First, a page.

As economies reopen, public health authorities will need to keep close tabs on total case numbers, and on rates of increase or decrease. Testing needs to be ramped up to as much as two percent of the population, Dr. Whyte said, citing recommendations from U.S. health authorities.

“We need the number of positive tests to really be less than 10 percent,” he said. “We don’t want to be just testing those people who are the most sick.”

Vaccine News

BMO Capital Markets Biotechnology Analyst George Farmer said there is encouraging news on the vaccine front, pointing at the results of a Phase I trial by the company Moderna.

Last week, Moderna announced that 45 of the 45 participants in the trial developed binding antibodies in response to the vaccine, and eight out of eight participants analyzed also developed neutralizing antibodies.

The news saw stock in the company soar and Moderna went on to raise $1.3 billion in cash to go toward building manufacturing facilities when, and if, a vaccine goes to production, according to management.

“The company insisted they needed to build up cash reserves in order to meet the manufacturing capacity demand that they anticipate once the vaccine ultimately wins potential FDA approval,” said Farmer, who started research coverage of the company on April 30, “with a very bullish outperform rating on the stock because we really do believe in this unique vaccine.”

There has been some concern about how comprehensive Moderna’s current data set is, but Farmer said the NIAID will likely publish more data gathered on the rest of its 45 test patients in coming weeks.

A vaccine may get to market by next year, he said, and could be available to frontline workers even sooner, before full FDA approval is received.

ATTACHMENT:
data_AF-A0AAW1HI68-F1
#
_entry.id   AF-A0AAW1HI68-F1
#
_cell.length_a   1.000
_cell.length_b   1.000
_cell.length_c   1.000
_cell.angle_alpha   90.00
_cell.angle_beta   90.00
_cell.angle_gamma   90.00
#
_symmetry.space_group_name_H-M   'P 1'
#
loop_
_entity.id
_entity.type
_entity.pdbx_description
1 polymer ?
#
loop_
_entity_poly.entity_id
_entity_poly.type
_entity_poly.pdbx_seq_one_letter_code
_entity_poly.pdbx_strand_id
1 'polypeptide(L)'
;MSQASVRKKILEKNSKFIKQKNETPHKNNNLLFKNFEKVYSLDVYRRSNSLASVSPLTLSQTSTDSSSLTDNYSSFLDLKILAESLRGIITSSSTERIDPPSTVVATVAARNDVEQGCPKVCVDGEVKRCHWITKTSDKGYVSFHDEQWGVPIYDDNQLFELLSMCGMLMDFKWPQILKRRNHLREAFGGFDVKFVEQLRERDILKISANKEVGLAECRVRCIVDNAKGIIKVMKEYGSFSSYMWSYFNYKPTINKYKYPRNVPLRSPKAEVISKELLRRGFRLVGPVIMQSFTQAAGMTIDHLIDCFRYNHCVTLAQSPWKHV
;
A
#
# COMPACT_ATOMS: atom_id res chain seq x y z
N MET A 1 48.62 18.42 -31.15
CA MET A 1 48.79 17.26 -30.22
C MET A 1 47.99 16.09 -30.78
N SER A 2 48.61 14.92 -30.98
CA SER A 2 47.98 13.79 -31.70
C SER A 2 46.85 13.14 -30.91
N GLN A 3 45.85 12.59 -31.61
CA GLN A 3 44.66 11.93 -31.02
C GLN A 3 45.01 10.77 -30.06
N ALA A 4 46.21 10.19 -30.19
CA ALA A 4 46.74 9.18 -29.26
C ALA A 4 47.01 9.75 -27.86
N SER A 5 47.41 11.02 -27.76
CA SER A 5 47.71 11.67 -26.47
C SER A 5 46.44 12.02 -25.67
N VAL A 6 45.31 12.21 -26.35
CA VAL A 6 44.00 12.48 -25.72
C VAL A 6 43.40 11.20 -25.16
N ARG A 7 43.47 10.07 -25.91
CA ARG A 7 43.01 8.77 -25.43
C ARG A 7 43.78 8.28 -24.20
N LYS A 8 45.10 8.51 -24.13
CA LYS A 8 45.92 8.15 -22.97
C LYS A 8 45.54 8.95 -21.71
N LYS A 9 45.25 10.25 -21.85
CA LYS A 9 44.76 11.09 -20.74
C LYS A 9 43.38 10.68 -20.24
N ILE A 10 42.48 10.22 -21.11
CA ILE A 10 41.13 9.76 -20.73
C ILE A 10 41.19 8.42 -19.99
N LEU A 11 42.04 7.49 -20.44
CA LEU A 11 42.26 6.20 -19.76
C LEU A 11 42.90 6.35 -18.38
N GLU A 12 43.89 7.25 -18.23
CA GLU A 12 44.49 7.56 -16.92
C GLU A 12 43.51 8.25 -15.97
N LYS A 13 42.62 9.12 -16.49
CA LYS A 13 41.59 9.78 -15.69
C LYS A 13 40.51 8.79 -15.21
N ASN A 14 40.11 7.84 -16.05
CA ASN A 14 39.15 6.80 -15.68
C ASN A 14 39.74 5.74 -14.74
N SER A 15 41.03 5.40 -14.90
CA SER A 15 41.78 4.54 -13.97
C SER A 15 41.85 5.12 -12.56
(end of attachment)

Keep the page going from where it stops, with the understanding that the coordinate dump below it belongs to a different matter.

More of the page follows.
There are other successful stories emerging in vaccine development, including one vaccine trial that showed that inoculated monkeys developed antibodies capable of fighting off SARS-CoV-2 infection. Farmer noted that, as DNA and RNA type vaccines are proven to be feasible, FDA approval of one of these vaccines is possible in the future.

Tracking the Recovery

Turning to the economy, Michael Gregory, Deputy Chief Economist for BMO Capital Markets, said the shape of economic recovery will depend in large part on how quickly jobs rebound from months of losses due to the shutdown.

He said that in the last four weeks alone, more than 10 million Americans have applied for unemployment insurance, underscoring the extent to which job losses far exceeded the predictions of earlier economic modelling.

“During the past couple weeks, all states and provinces have begun to reopen, albeit with differing degrees of caution. This should ensure that June and July are much stronger for both the U.S. and Canadian economies,” Gregory said. “However, the vigor of these recoveries will ultimately be dictated by how many of the laid off and furloughed workers get their jobs back and, of course, whether or not the coronavirus comes back. These are, in fact, the darkest clouds hanging over the economic outlook.”

The economic data in both Canada and the United States remains dire.

“Marking the pandemic’s economic nadir,” Gregory said, “nearly all April indicators are looking, or are going to look, horrendous.”